Sir — One agrees with Ramachandra Guha’s view that communist thought should be indigenized (“Homely traditions”, June 22). Karl Marx’s economic theory was designed for an industrialized nation. That is why it could be appropriated in Russia. Later on, the Chinese communists reimagined the Soviet principles to fit the needs of their agrarian society, shifting the focus from a worker-led revolution to peasant uprisings. If the Left in India wants to participate meaningfully in parliamentary democracy, the principle of indigenization must be adhered to.
The idea of communism is maligned because of certain missteps in its implementation. However, India seems to be strangely tolerant towards similar instances of violence when it is perpetrated by far right groups in the name of religion. Blindly instituting foreign philosophies in our country will only widen the current disconnect of the leftist parties with the masses. Communism could be the last resort for people, especially the lower classes, across boundaries like those of race, caste and religion. It is therefore all the more important that leaders revise the philosophy in such a way that it becomes more relevant to the lives of the people that it seeks to serve.
Sir — In his recent article, “Homely traditions”, Ramachandra Guha has traced the emergence and proliferation of Marxism in India to its present state in mainstream politics. During the 1960s, people were no strangers to slogans like “China’s chairman is our chairman”. Political rallies with people wielding red flags and protesting against human rights violations in foreign countries were a common sight. It seems like the Left was speaking up for the oppressed. However, I was shocked by its relative silence following the 1989 Tiananmen Square massacre in China. One, therefore, concurs with Guha that communists in India went a little too far to venerate their foreign idols, be it Mao Zedong or Josef Stalin, neglecting the philosophy of the leaders at home. It is thus no wonder that the communists eventually found themselves alienated from the masses.
It is true that the leftist leaders could have made an impact on various sectors of the country by joining the United Progressive Alliance government in 2004. But those opportunities seem to be a thing of the past. Further, it is the tacit transfer of votes from the Left to the Bharatiya Janata Party in the recently-concluded Lok Sabha elections that has made an irreparable dent in the prospects of the communists of Bengal to regain power.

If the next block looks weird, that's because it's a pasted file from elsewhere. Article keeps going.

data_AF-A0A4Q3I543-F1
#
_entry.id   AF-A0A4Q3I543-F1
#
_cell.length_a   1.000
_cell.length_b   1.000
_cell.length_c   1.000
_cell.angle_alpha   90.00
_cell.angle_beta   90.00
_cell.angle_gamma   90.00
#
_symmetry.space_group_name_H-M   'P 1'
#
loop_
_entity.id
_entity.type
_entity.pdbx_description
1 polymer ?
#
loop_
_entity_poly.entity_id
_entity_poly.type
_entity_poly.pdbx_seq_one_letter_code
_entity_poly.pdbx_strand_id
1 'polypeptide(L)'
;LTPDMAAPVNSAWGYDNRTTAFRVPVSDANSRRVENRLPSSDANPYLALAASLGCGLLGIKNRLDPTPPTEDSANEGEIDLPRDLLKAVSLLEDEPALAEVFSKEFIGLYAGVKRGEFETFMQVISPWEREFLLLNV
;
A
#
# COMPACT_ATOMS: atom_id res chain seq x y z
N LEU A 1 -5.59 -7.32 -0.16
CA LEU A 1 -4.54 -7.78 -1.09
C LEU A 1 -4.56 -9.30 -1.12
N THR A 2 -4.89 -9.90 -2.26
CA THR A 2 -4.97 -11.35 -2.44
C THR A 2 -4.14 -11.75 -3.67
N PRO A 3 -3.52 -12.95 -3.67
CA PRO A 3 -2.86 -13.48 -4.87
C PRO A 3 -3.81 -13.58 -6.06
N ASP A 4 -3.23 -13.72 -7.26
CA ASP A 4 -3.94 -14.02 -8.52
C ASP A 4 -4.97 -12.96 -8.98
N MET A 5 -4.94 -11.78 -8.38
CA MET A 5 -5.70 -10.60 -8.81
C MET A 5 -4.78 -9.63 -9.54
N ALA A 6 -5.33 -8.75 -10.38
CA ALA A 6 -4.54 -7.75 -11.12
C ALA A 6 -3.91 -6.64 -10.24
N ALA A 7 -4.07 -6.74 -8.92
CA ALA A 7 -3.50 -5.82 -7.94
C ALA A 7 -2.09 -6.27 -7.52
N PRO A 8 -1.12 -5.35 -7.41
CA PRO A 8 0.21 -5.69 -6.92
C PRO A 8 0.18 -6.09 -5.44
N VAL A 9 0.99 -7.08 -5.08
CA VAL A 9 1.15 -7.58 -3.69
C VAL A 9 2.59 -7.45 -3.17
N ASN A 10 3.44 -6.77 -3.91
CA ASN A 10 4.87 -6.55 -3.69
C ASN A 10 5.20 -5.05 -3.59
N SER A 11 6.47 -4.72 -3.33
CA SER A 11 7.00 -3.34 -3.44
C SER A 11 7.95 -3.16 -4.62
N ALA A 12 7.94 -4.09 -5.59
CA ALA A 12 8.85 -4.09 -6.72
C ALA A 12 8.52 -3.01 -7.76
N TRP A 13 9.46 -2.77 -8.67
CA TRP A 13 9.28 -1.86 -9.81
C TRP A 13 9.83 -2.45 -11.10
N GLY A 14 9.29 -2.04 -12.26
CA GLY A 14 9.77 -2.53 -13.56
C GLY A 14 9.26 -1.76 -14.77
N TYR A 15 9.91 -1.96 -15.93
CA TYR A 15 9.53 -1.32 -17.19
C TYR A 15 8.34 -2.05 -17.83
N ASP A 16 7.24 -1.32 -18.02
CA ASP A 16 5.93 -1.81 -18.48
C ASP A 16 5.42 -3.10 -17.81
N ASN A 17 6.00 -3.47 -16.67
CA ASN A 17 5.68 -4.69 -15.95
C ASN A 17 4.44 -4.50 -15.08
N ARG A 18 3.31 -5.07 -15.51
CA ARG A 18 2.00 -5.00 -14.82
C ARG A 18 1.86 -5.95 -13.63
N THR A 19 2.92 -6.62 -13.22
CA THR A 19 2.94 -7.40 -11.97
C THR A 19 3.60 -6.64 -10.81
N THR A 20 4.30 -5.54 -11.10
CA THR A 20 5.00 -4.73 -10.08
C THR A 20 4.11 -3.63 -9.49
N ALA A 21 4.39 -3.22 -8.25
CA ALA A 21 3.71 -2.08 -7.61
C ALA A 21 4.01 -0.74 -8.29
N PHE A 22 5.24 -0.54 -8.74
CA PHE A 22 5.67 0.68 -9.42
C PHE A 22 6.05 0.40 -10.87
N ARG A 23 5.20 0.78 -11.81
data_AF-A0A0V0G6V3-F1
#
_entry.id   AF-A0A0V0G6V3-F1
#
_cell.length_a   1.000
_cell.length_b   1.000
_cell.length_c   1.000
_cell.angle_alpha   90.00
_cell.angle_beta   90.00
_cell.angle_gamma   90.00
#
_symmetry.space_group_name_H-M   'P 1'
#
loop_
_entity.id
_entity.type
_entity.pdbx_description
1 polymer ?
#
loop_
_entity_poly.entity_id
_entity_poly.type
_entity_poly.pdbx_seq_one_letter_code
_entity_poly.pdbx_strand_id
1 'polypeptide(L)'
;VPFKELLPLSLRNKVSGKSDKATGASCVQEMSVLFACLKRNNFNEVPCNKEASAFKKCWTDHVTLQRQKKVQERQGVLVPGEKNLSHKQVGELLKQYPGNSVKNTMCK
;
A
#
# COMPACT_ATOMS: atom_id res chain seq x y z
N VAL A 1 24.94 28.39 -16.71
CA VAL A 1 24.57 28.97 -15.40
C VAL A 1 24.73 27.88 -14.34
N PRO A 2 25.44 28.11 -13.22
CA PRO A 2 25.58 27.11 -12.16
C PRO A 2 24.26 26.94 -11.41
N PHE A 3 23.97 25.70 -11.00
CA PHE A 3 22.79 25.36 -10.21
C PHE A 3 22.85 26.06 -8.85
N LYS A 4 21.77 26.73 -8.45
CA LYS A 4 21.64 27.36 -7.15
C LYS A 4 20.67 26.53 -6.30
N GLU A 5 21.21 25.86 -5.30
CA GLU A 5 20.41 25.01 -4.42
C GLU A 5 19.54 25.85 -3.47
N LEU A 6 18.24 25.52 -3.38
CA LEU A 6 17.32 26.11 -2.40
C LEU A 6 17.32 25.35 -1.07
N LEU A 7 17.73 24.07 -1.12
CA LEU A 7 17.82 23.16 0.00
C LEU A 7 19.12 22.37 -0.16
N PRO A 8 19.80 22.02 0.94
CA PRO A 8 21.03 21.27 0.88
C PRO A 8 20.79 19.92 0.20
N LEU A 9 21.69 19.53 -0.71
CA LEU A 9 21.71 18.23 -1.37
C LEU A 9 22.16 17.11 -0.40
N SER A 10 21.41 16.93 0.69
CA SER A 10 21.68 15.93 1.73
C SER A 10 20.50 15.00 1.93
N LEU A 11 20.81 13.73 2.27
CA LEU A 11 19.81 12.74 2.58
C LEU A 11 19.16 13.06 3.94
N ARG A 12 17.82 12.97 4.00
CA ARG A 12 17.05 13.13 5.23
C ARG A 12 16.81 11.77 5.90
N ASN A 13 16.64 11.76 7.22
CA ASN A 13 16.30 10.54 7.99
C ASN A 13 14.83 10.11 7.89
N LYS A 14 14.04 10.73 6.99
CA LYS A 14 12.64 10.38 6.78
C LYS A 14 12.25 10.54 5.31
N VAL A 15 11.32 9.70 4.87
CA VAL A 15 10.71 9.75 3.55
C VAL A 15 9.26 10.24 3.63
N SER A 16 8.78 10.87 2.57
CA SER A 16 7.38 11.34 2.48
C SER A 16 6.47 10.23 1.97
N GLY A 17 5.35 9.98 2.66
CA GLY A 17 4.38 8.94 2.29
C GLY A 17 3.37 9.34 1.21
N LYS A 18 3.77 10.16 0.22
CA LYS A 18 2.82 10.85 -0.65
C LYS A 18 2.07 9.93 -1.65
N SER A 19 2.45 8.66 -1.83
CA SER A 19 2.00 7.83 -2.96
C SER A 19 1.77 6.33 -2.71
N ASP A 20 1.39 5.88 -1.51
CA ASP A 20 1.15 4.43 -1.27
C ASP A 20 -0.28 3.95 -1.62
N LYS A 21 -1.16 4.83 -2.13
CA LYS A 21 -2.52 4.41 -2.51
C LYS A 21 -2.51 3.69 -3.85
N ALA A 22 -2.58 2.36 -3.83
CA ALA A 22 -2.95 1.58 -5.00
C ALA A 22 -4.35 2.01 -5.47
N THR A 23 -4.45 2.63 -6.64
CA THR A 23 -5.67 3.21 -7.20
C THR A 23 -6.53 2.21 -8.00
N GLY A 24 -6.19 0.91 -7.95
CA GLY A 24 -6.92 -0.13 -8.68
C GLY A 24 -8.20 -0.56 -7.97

Sir — While discussing the prospect of the communists to regain relevance in Indian politics — especially in the aftermath of the 2019 parliamentary elections — Ramachandra Guha has observed that a grave mistake was committed by the Left when it refused to join the government headed by Manmohan Singh, even when it had around 60 parliamentarians. Perhaps the Left did not actively participate in the government because that would require it to shoulder responsibility. Instead, it extended support to the government from the outside, thus enabling it to interfere in the working of the government without any accountability. On the other hand, when given the chance, Mamata Banerjee became the railways minister, even though she had significantly fewer parliamentarians at her command. She was able to extend benefits to West Bengal and thereby paved her way to eventually become the chief minister of the state.
The Bengali intelligentsia was indeed inclined towards communism. But the strength of the ideology rested on the support of the peasantry and the working class. The Left Front in Bengal hit the last nail in its own coffin by trying to acquire farmlands forcibly.
South 24 Parganas
Sir — The Left has had little luck in most of the places where it had formed governments. Thus, the answer to the question about whether the Left has a future in India becomes clear when one realizes that it merely has five parliamentarians in the Lok Sabha.
Birkha Khadka Duvarseli,